Dear Liz,

I just wanted to send a note of encouragement. I am a RN and was in Waveland in September to help with the relief effort. When you become a nurse, you will be able to draw on these experiences in ways you cannot even imagine now. Wishing you all the best now and in the future!


am a firefighter here in eastern kentucky all are prays are with you all in this time of need would like too no if we could help all in anyway

Liz, from a fellow nursing student, hang in there. It will all be worth it in the end. You can see what a difference you can make by having experienced the health care system. New Orleans will come back with all its glory, you'll see. Hang in there.

Liz, You became my role model for motherhood when I babysat Adam as a toddler and seen the kindness, joy and love that you both gave and received from his presence in your life. I used what I learned when raising my own children and the relationship between myself and my grown girls is wonderful!! Thank-You. Now as we all rebuild, I use your always positive words in my own recovery from Katrina. Thank-You again!! For someone who claims not to be spiritual, you sure do leave a mark on people that travels with them throughout their life.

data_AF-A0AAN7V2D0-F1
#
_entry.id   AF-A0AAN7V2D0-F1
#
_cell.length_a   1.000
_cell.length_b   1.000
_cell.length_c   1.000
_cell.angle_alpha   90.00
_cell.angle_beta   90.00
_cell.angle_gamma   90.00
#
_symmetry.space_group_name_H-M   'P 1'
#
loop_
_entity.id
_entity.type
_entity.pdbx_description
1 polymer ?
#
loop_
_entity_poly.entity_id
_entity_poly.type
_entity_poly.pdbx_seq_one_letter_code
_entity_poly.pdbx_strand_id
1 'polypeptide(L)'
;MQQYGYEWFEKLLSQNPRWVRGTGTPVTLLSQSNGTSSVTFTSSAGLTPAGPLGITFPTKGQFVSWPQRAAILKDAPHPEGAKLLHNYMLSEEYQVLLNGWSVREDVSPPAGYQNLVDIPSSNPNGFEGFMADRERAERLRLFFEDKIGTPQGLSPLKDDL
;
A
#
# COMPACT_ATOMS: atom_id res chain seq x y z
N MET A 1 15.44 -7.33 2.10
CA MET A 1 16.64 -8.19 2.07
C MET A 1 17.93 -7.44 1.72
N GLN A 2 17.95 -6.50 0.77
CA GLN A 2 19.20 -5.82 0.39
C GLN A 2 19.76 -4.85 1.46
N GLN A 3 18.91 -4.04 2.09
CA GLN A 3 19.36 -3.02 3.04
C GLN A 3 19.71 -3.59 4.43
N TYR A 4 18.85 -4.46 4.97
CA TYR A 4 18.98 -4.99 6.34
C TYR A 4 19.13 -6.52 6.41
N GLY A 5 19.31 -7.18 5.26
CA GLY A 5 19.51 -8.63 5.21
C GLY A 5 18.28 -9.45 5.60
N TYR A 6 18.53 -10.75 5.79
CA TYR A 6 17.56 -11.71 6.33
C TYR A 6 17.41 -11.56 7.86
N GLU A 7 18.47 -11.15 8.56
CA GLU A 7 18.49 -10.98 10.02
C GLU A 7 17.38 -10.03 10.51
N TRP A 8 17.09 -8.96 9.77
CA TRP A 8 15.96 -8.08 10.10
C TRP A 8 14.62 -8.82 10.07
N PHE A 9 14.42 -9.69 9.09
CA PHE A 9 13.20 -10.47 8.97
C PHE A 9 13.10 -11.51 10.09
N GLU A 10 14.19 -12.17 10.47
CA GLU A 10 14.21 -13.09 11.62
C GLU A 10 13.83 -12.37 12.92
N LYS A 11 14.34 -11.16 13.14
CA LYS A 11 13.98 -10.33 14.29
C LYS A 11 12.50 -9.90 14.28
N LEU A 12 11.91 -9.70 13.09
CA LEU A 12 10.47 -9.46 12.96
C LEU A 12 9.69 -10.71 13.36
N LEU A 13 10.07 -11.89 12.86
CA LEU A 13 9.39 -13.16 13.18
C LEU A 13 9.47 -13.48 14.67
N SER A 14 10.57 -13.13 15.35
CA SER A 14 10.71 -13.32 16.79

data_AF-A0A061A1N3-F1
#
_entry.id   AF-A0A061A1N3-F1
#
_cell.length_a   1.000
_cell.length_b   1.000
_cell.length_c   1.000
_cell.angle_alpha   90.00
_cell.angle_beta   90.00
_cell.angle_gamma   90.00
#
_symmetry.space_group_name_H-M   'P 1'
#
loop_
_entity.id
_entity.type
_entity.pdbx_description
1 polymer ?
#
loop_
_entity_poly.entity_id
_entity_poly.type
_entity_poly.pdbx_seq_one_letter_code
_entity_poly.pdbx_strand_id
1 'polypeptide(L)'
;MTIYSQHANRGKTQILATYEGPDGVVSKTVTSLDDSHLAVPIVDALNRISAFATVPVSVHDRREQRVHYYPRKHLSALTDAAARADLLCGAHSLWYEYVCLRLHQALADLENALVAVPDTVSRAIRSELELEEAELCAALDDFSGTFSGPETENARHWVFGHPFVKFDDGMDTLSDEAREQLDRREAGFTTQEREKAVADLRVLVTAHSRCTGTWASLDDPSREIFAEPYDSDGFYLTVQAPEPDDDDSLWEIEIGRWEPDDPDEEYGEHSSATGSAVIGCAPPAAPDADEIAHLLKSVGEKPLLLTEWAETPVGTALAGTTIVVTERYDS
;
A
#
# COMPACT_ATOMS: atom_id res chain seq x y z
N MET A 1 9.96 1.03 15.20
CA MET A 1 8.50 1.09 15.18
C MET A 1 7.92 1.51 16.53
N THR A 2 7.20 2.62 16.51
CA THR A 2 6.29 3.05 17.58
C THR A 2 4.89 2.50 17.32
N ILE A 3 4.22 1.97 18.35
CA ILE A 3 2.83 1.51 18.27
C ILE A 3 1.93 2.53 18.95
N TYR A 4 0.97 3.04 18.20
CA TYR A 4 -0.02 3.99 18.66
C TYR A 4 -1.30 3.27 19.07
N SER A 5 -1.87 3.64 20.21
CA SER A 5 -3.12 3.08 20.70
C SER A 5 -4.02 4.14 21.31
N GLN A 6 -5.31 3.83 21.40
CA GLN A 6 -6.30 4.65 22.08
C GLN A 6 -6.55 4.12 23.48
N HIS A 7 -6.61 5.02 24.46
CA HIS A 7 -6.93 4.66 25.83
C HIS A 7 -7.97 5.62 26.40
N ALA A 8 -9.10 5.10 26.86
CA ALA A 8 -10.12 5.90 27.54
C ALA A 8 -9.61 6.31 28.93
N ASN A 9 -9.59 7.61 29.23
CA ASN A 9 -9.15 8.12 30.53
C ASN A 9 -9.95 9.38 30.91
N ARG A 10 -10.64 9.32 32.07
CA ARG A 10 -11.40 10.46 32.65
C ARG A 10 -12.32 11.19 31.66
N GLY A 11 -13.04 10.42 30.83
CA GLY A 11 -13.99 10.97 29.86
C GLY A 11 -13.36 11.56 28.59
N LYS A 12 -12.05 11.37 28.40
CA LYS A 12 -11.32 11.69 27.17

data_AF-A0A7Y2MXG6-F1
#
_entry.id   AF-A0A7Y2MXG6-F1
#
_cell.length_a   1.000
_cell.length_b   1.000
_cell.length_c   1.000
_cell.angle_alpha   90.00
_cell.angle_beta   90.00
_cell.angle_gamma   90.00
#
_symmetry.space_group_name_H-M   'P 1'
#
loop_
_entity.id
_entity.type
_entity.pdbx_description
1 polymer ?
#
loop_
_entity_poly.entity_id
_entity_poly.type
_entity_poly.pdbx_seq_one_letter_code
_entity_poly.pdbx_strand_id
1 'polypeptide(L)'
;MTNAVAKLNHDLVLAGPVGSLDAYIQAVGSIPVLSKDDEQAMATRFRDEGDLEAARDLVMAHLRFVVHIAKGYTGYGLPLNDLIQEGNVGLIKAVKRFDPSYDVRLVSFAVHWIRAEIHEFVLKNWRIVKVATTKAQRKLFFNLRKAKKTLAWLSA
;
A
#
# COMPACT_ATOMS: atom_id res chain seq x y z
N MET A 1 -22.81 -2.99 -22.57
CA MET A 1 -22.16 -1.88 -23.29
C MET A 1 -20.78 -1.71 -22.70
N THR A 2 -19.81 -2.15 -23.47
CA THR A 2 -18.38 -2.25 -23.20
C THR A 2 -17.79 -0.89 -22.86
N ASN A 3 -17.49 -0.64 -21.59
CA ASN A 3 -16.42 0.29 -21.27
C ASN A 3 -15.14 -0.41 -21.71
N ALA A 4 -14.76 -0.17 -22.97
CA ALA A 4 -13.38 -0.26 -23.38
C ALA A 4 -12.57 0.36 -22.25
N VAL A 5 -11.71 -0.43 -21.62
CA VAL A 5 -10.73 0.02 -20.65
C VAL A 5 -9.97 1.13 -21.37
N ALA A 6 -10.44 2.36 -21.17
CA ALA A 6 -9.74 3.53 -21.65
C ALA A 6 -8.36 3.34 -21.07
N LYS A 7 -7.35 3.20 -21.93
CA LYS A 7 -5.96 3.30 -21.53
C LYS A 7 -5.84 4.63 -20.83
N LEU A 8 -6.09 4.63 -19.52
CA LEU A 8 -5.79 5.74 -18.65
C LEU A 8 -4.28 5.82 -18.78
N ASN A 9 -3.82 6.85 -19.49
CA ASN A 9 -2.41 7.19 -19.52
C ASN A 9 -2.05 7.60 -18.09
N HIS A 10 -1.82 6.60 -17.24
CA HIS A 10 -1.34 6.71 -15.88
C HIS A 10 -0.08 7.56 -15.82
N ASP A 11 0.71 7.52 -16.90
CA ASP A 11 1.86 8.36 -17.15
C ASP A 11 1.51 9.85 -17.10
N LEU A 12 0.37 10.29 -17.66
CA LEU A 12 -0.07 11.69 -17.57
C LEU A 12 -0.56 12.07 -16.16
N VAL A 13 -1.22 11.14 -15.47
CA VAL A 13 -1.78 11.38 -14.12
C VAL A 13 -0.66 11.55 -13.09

Liz, been a few daz but i hope your doin fine

I am glad to know that you are ok. We have been back to Bay St. Louis and Waveland 3 times since the storm. It was God's will for us to move away when we did, as our home was destroyed that we had there also. We have family living with us from Waveland and they do not know which way to turn to build their lives back. Wade's sister and children are with us. They do not know what is to come as they had no flood insurance with a mortgage. Wade's sister has also lost her job where she worked at the naval home in Gulfport. We will keep all of you in our prayers.
Shelly Koenenn

Hi Liz, you know we can make it. Yes, my eyes are filled with tears reading this, just as they were we I saw you a few years ago walking with the survivors in the Relay for Life walk. All we have is each other, no real possesions, but that does not mean we are not wealthy. We are blessed with the riches of friends. Thank you Liz for sharing, and thank everyone who has volunteered and contributed in anyway to help with Hurricane Katrina Reliefs. You have all made this Christmas a special one.